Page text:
State of the real union

hero_20100127Not the Obama speech, but the Apple iPad unveiling. That’s your state of the union. Rapt worship of the new gizmo, and, naturally, it’s not just another thing to pay for and plug in and carry around and fuss over, it’s salvation.

It seems like I have 100 clear thoughts a day about the renaissance (this one we’re living in, not the one that started 600 years ago), which instantly muddy and contradict themselves, and I can never quite collect them all. Because I’m not Clay Shirky or Jaron Lanier. Why just tonight, I was tippa-tapping an e-mail to Nancy, who asked for my thoughts about e-books and iPads and all that, and after a while, I wound up giving her my same old sentimental default bellyache. As Morrissey wails, Stop me if you think that you’ve heard this one before. I wrote:

Personally, it’s all just part of a larger sadness, filed under “the Internet ruined everything.” If I love it, then the Internet is working to make sure it disappears: newspapers, magazines, books, bookstores, records, record stores, movies, movie theaters, appointment television, cash, a printed American Express statement, and on and on. (And my favorite thing of all: a paycheck.)

And let me add this to my list, now that I’ve re-read it: the death of mail, postcards, stationery stores, getting letters, writing letters, going to the post office, doing cut-and-paste layouts, waiting for pictures to be developed …

I do hope the iPad manages to approximate the vanishing idea of a fixed destination (i.e., This is a book, I am reading it, I love the way it looks, it’s mine, what are YOU reading over there, the cover of yours looks interesting…) and also has some restorative power for the concept of copyright and the value of original content.

This reminded me of something I read in that Richard Rodriguez essay in Harper’s a couple months (or more) ago, the one about the death of newspapers and the sense of place. It was on a stack of things I read while rushing around on book tour. Now, mind you, Rodriguez’s essays have always been preciously elliptical (and written in segmented style) and they are not for fans of bluntly linear arguments, but his pieces are brilliant in their own way. Check out this AMAZING Rodriguez passage near the end of “Final Edition”:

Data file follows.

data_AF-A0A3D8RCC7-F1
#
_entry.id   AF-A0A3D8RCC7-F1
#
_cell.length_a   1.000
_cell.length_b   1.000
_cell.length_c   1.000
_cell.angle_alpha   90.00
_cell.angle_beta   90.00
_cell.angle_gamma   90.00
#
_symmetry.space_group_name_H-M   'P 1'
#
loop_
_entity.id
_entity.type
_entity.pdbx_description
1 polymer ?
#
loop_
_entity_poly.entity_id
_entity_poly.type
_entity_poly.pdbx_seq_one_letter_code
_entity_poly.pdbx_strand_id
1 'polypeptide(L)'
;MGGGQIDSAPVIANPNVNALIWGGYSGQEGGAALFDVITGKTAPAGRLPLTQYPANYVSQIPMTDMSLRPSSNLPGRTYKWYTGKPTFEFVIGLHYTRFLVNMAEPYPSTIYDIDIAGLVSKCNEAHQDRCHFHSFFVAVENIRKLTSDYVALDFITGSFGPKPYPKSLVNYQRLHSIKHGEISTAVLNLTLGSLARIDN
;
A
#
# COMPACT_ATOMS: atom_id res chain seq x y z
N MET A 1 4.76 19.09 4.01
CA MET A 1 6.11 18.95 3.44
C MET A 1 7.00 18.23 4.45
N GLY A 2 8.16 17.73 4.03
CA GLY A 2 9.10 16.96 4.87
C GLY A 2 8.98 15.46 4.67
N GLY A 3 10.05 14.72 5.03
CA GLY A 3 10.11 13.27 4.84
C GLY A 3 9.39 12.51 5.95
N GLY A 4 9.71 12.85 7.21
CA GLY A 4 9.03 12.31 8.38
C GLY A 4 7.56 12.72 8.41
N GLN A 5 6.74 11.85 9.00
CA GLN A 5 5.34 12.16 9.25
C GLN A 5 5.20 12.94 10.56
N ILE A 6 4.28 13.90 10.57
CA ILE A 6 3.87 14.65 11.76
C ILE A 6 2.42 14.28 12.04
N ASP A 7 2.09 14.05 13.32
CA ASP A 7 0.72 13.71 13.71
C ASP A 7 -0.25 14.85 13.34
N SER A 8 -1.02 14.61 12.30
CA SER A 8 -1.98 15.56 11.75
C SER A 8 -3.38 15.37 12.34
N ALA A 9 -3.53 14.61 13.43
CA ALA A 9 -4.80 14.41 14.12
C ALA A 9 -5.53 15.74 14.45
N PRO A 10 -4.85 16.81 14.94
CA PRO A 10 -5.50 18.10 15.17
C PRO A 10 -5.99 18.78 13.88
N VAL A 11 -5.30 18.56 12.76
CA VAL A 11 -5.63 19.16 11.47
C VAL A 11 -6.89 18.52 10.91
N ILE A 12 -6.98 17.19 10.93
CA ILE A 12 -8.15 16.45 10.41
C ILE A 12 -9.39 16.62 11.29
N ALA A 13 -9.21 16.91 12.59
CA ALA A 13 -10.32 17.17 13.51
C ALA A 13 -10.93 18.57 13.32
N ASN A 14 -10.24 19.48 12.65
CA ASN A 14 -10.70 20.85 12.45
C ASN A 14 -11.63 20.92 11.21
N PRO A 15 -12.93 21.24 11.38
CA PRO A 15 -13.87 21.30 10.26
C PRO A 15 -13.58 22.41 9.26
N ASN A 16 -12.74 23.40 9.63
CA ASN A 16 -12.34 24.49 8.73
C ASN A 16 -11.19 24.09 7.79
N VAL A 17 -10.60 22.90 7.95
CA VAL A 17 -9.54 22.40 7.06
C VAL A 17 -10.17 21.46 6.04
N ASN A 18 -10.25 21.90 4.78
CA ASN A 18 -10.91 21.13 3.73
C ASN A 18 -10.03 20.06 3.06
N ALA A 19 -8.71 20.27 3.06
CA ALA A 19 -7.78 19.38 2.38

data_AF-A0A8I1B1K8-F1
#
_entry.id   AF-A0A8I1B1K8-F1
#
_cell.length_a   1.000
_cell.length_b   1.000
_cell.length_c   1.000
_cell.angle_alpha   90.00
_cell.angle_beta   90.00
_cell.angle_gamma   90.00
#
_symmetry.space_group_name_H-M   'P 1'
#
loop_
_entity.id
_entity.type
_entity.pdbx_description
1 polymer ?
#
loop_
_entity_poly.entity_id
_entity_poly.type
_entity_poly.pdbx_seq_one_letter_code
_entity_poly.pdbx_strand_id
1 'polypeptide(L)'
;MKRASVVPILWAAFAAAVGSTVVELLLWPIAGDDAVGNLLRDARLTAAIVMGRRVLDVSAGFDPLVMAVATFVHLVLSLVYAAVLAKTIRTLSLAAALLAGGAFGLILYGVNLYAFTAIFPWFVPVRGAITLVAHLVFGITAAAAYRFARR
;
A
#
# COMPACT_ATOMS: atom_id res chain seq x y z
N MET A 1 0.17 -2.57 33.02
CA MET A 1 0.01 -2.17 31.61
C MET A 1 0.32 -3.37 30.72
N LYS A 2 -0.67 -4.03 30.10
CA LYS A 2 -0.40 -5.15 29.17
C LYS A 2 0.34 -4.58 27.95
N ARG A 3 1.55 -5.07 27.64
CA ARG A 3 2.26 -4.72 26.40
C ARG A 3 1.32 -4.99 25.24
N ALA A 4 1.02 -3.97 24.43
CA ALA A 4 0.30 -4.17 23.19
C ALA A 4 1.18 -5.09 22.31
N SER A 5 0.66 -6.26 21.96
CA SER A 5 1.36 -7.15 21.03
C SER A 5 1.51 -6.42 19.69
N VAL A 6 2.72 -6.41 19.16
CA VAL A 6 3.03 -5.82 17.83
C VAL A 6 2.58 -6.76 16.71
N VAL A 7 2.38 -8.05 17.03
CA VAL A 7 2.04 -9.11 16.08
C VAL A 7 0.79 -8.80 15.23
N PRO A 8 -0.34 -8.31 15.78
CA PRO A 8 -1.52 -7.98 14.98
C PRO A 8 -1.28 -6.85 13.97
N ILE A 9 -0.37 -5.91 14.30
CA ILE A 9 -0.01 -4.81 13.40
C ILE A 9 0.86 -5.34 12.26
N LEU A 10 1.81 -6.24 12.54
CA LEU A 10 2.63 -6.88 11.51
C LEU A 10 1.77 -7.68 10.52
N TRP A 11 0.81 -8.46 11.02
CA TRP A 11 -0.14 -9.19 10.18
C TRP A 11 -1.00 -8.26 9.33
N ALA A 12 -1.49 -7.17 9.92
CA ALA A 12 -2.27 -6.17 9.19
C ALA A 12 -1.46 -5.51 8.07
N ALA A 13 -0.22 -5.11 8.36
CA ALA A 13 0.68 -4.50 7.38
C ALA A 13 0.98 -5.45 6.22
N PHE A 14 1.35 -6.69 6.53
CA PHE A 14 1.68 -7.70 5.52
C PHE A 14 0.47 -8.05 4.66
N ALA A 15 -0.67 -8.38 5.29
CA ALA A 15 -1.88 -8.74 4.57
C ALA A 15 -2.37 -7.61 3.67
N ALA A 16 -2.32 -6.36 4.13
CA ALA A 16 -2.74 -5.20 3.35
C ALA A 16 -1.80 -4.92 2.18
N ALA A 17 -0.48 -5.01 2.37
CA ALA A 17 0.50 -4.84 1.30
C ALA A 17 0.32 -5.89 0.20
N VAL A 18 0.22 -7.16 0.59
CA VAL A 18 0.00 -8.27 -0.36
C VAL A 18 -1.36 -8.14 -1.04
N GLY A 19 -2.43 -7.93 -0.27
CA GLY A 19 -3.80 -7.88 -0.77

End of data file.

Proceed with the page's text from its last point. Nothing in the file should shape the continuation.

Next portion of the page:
Something funny I have noticed, perhaps you have noticed it, too. You know what futurists and online-ists and cut-out-the-middle-man-ists and Davos-ists and deconstructionists of every stripe want for themselves? They want exactly what they tell you you no longer need, you pathetic, overweight, disembodied Kindle reader. They want white linen tablecloths on trestle tables in the middle of vineyards on soft blowy afternoons. (You can click your bottle of wine online. Cheaper.) They want to go shopping on Saturday afternoons on the Avenue Victor Hugo; they want the pages of their New York Times all kind of greasy from croissant crumbs and butter at a café table in Aspen; they want to see their names in hard copy in the “New Establishment” issue of Vanity Fair; they want a nineteenth-century bookshop; they want to see the plays in London, they want to float down the Nile in a felucca; they want five-star bricks and mortar and do not disturb signs and views of the park. And in order to reserve these things for themselves they will plug up your eyes and your ears and your mouth, and if they can figure out a way to pump episodes of The Simpsons through the darkening corridors of your brain as you expire (add to shopping cart), they will do it.